Intensively produced broilers are usually kept in artificial lighting warehouses with about 20,000 to 30,000 birds. Computers control heating and ventilation systems and the quantities of food and water. Water and feed are treated with anti-parasitic drugs or large doses of antibiotics as needed. The device isn’t cleaned until the end of each cycle, so after two to three weeks, the warehouse floor is completely covered in dirt and the air usually smells of ammonia.
Raising animals in crowded environments can allow the disease to spread quickly. Although the industry claims to have drastically reduced the use of antibiotics since 2012 and now produces nearly half of the country’s meat, while only 22% of all antibiotics are used on farm animals in the UK, there are serious concerns that drug overuse remains. Contributes to antibiotic resistance in animals. Experts have warned that we are approaching the point where human medicine can be without effective life-saving drugs.
In the UK, stocking density is typically 38 kg of poultry per square meter – an area smaller than an A4 sheet of paper for each adult hen. Free livestock and organic production take up more space, but our signature roast chicken has more oven space at death than it should live on a farm. To maximize yields, farmers often overload their coop at the start of the cycle and then thin out a few birds for slaughter, otherwise, the chickens will not have enough room to grow. Depletion – when workers kill several chickens by grabbing their feet – is stressful and when illnesses often enter the coop. This practice contributes significantly to the spread of Campylobacter in the herd. Potentially fatal to humans, Campylobacter is the leading cause of human foodborne illness in the UK, affecting more than 250,000 people each year.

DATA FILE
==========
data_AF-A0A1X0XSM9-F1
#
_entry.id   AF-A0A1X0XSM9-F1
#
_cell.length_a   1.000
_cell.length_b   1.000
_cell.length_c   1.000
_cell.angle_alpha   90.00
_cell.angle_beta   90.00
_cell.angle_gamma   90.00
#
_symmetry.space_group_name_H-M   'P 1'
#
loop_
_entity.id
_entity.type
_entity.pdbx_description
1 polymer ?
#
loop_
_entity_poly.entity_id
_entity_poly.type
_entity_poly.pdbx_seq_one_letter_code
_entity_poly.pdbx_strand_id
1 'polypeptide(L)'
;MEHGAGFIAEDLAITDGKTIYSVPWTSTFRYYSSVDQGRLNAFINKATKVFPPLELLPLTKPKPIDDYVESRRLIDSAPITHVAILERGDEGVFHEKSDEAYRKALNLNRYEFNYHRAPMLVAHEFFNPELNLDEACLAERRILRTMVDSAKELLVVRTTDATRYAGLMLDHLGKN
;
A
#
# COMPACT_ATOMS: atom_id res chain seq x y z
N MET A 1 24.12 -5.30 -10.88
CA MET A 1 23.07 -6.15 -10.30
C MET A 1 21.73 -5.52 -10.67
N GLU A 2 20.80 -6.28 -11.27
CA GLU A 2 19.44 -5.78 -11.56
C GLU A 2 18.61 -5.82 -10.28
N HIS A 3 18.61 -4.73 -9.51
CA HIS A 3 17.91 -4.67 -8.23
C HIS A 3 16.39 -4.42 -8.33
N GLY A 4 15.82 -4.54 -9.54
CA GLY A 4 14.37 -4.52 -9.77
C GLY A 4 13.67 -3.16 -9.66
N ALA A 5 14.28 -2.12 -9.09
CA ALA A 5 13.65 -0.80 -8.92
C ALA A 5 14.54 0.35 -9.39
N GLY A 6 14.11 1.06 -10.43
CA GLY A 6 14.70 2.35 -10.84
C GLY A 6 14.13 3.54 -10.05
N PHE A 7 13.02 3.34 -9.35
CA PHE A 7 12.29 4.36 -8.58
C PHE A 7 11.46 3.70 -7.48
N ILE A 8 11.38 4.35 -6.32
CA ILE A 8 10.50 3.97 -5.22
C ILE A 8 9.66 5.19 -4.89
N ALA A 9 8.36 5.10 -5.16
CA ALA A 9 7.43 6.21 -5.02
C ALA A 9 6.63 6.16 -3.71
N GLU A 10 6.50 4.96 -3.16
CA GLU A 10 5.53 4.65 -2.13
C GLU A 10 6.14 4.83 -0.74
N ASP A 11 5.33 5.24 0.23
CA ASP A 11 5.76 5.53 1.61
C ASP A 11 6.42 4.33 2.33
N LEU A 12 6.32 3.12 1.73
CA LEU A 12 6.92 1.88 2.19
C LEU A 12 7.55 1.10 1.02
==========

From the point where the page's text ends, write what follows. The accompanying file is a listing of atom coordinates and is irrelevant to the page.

Chicken neck skin is often the most contaminated part of birds. Processors have already started cutting it at the factory, adding to costs but taking some of the bacterial load off – good news for consumers. However, since this was the part the FSA put together for testing, program development also failed. The FSA says it remains committed to tackling Campylobacter as a priority.
Animal welfare tends to be marginalized in austerity measures and turned into a luxury in the face of the need for cheap food. But if the government finds people too difficult to care about, they are wrong.
When it became known that the Department of Environment, Food and Rural Affairs (Defra) was planning to submit guidelines for industrial animal welfare, starting with the poultry sector later this month, nearly 150,000 people signed an appeal. Defra quickly abandoned the British Bird Council horror plans. “We are deeply disappointed by the decision to update the guidelines to modern standards,” said Policy Director Richard Griffiths. “Defra is running out of resources to verify code.”
A Defra spokesperson said: “We have the highest animal welfare standards in the world and no legislative changes have been proposed. We want to use the agribusiness experience more closely to ensure that our welfare code reflects the latest scientific and veterinary developments.
“We believe we can do this by maintaining the existing legal requirements. Agribusiness work is priceless and we will continue to work with them to ensure our policies are updated so that they best meet our welfare standards. “
The social assistance code has not been updated since 2002. (About a quarter of Defra’s budget was cut under the previous coalition government and the department will see an additional 15% cut later in this Parliament.)
Ironically, when the state ignores standards, big business that responds to the concerns of its customers takes the lead in several areas.
For Philip Lamberry, CEO of Compassion for World Agriculture, the argument that intensive farming is justified because poorer people need cheap meat or eggs is offensive to those on lower incomes. Chickens that are reared heavily have three times the fat content, one-third lower protein content, and lower levels of beneficial omega-3 fatty acids than they were in the 1970s.
“Raising chickens in difficult conditions produces a worse product,” he said. “Why do we think it is acceptable to expect low-income people to feed their children worse processed foods?”